For the last couple of weeks, I have been revisiting pieces that I’d written in the past. They express concerns that formed my own consciousness and they are the bulk of the over 200 articles that will compose my new book: “My Journey Out of Purgatory.”
I had intended to rewrite the following selection, “The Making of the Political Pocho,” but never got around to it.
The term pocho is well known among Chicanos or Mexican Americans. It has been used for generations by Mexicans to describe Mexicans living in the United States.
Pocho can be a pejorative term that varies according to who is using it. It differs from a Mexican who has forgotten his culture, to one that speaks Spanish less fluently than a native Mexican.
Pocho literally means a fruit that has become rotten or discolored or has never ripened. I use the term in the latter sense.
Nationality has very little meaning for me. It is a construct and loyalty greatly depends on the ability of the state to bring about justice, which is iffy both here and in Mexico. Many of those using the term represent classes that brought about an uneven political and social landscape that forced the uprooting of millions of Mexicans.
Our grasp of a language depends on our vocabulary, which is learned; it is acquired through exposure to written culture. Vocabulary is enriched through reading and intellectual discourse.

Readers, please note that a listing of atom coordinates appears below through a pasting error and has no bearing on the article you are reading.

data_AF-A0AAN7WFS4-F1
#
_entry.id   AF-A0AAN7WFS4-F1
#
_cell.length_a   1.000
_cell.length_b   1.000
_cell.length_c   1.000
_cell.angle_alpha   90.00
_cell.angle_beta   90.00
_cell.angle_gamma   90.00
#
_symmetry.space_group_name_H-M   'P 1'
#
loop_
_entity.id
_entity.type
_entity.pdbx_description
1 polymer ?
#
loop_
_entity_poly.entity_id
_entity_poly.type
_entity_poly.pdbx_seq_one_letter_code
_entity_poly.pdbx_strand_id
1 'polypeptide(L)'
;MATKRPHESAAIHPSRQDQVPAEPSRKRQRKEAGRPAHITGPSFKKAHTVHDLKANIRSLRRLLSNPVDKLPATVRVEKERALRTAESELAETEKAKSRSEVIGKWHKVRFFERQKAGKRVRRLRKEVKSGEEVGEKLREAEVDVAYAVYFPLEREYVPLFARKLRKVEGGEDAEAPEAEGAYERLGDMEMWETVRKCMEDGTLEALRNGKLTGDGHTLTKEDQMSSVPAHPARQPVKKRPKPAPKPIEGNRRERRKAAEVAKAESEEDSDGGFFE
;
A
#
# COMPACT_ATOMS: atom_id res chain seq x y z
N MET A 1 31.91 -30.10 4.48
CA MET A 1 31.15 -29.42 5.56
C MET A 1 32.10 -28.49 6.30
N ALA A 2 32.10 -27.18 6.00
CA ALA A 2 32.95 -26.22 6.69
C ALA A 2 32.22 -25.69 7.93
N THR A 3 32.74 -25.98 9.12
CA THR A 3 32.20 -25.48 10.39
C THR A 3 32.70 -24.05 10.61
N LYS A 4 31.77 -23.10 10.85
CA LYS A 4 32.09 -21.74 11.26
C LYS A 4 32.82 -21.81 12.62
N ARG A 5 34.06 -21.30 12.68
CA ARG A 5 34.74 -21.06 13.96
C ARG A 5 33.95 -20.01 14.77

The gist of the piece is that Chicanas/os and Latinos remain political pochos because once they are out of college most do not remain politically active. Their principle concern is how to make a living and support a family.
They are influenced by the vocabulary around them. They use words such as Hispanic that are gauche among current activists. Graduates of 70s are more moderate on social issues.
The piece itself was not only directed at the new Chicana/o middle-class but at the politicos who they spawned. It is a vicious circle: the masses of poor, the middle-class and the Latino politicos.
The piece criticizes Chicano politicians for not taking stands on the horrific police brutality taking place at the Ramparts Division. The atrocities involved were mostly against Salvadorans. I essentially accused the politicos of paying more attention to Mexican American voters, forgetting that it was the large numbers of Latinos, which included immigrants and non-voters that constructed their districts.
I faulted the Latino middle-class for not pressuring Latino politicos to defend the barrios. Was it a lack of political consciousness? A lack of a political vocabulary? What happened to the Sixties?
“The Making of the Political Pocho,” June 2000
A byproduct of affirmative action programs such as Educational Opportunities Program and the creation of Chicano studies in the 1960s was the dramatic expansion of a Chicano middle-class.
EOP grew the base of Mexican American students in colleges throughout the United States. California State University at Northridge had only about 100 Mexican American students in 1969. This number has jumped to about 9,000 Latino students by the 1990s.
Theoretically, the new Chicano Studies programs were supposed to politicize students and help bond them to the community. Indeed, thousands of Chicano students graduated from such programs in the past 30 years, dramatically widening the Chicano/Latino middle class in the Los Angeles area. While at the university, many of the graduates were student activists, participating in Movimiento Estudiantil Chicanos de Aztlan (MECHA).